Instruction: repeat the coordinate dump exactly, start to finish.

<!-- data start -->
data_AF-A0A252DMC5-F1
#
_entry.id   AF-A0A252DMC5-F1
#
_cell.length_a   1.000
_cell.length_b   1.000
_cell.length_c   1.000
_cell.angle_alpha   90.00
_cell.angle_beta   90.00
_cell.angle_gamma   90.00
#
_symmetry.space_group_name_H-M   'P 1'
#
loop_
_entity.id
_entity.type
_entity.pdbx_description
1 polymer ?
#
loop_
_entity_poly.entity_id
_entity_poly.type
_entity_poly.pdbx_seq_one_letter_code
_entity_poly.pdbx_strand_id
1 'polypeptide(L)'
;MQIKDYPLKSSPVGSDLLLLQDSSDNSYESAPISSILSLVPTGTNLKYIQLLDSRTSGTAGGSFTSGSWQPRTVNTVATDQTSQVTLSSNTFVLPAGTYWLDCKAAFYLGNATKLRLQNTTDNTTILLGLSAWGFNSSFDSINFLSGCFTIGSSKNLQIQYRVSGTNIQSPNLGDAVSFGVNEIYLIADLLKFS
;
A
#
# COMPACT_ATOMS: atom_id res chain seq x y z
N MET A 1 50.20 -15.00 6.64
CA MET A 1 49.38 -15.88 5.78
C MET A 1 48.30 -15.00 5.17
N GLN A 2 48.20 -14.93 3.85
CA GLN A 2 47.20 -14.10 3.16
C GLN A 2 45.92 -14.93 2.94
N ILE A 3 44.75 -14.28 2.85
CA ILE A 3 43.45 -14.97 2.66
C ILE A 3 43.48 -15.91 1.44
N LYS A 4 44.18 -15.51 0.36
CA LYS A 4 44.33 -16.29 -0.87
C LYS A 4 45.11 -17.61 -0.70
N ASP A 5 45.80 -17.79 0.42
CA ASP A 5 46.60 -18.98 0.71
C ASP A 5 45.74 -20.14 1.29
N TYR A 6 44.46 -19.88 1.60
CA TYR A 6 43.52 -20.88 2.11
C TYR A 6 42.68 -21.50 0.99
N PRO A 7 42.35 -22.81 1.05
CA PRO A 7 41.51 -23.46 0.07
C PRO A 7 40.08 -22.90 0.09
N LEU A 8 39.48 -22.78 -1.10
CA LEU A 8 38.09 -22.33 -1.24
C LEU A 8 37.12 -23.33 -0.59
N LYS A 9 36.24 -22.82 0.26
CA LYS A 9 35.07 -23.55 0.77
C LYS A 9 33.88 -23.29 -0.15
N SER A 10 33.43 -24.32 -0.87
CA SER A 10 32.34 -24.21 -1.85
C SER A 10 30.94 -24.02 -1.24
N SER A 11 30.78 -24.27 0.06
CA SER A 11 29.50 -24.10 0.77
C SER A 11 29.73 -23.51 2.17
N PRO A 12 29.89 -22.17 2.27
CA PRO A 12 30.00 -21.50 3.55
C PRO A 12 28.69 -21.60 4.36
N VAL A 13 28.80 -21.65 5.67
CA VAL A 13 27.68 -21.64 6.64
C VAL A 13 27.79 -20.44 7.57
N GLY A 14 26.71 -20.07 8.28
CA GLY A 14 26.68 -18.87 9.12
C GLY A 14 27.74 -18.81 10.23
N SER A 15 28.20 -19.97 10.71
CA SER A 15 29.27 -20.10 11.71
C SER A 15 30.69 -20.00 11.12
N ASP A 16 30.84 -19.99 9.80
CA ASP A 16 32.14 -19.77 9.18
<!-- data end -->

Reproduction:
data_AF-A0A252DMC5-F1
#
_entry.id   AF-A0A252DMC5-F1
#
_cell.length_a   1.000
_cell.length_b   1.000
_cell.length_c   1.000
_cell.angle_alpha   90.00
_cell.angle_beta   90.00
_cell.angle_gamma   90.00
#
_symmetry.space_group_name_H-M   'P 1'
#
loop_
_entity.id
_entity.type
_entity.pdbx_description
1 polymer ?
#
loop_
_entity_poly.entity_id
_entity_poly.type
_entity_poly.pdbx_seq_one_letter_code
_entity_poly.pdbx_strand_id
1 'polypeptide(L)'
;MQIKDYPLKSSPVGSDLLLLQDSSDNSYESAPISSILSLVPTGTNLKYIQLLDSRTSGTAGGSFTSGSWQPRTVNTVATDQTSQVTLSSNTFVLPAGTYWLDCKAAFYLGNATKLRLQNTTDNTTILLGLSAWGFNSSFDSINFLSGCFTIGSSKNLQIQYRVSGTNIQSPNLGDAVSFGVNEIYLIADLLKFS
;
A
#
# COMPACT_ATOMS: atom_id res chain seq x y z
N MET A 1 50.20 -15.00 6.64
CA MET A 1 49.38 -15.88 5.78
C MET A 1 48.30 -15.00 5.17
N GLN A 2 48.20 -14.93 3.85
CA GLN A 2 47.20 -14.10 3.16
C GLN A 2 45.92 -14.93 2.94
N ILE A 3 44.75 -14.28 2.85
CA ILE A 3 43.45 -14.97 2.66
C ILE A 3 43.48 -15.91 1.44
N LYS A 4 44.18 -15.51 0.36
CA LYS A 4 44.33 -16.29 -0.87
C LYS A 4 45.11 -17.61 -0.70
N ASP A 5 45.80 -17.79 0.42
CA ASP A 5 46.60 -18.98 0.71
C ASP A 5 45.74 -20.14 1.29
N TYR A 6 44.46 -19.88 1.60
CA TYR A 6 43.52 -20.88 2.11
C TYR A 6 42.68 -21.50 0.99
N PRO A 7 42.35 -22.81 1.05
CA PRO A 7 41.51 -23.46 0.07
C PRO A 7 40.08 -22.90 0.09
N LEU A 8 39.48 -22.78 -1.10
CA LEU A 8 38.09 -22.33 -1.24
C LEU A 8 37.12 -23.33 -0.59
N LYS A 9 36.24 -22.82 0.26
CA LYS A 9 35.07 -23.55 0.77
C LYS A 9 33.88 -23.29 -0.15
N SER A 10 33.43 -24.32 -0.87
CA SER A 10 32.34 -24.21 -1.85
C SER A 10 30.94 -24.02 -1.24
N SER A 11 30.78 -24.27 0.06
CA SER A 11 29.50 -24.10 0.77
C SER A 11 29.73 -23.51 2.17
N PRO A 12 29.89 -22.17 2.27
CA PRO A 12 30.00 -21.50 3.55
C PRO A 12 28.69 -21.60 4.36
N VAL A 13 28.80 -21.65 5.67
CA VAL A 13 27.68 -21.64 6.64
C VAL A 13 27.79 -20.44 7.57
N GLY A 14 26.71 -20.07 8.28
CA GLY A 14 26.68 -18.87 9.12
C GLY A 14 27.74 -18.81 10.23
N SER A 15 28.20 -19.97 10.71
CA SER A 15 29.27 -20.10 11.71
C SER A 15 30.69 -20.00 11.12
N ASP A 16 30.84 -19.99 9.80
CA ASP A 16 32.14 -19.77 9.18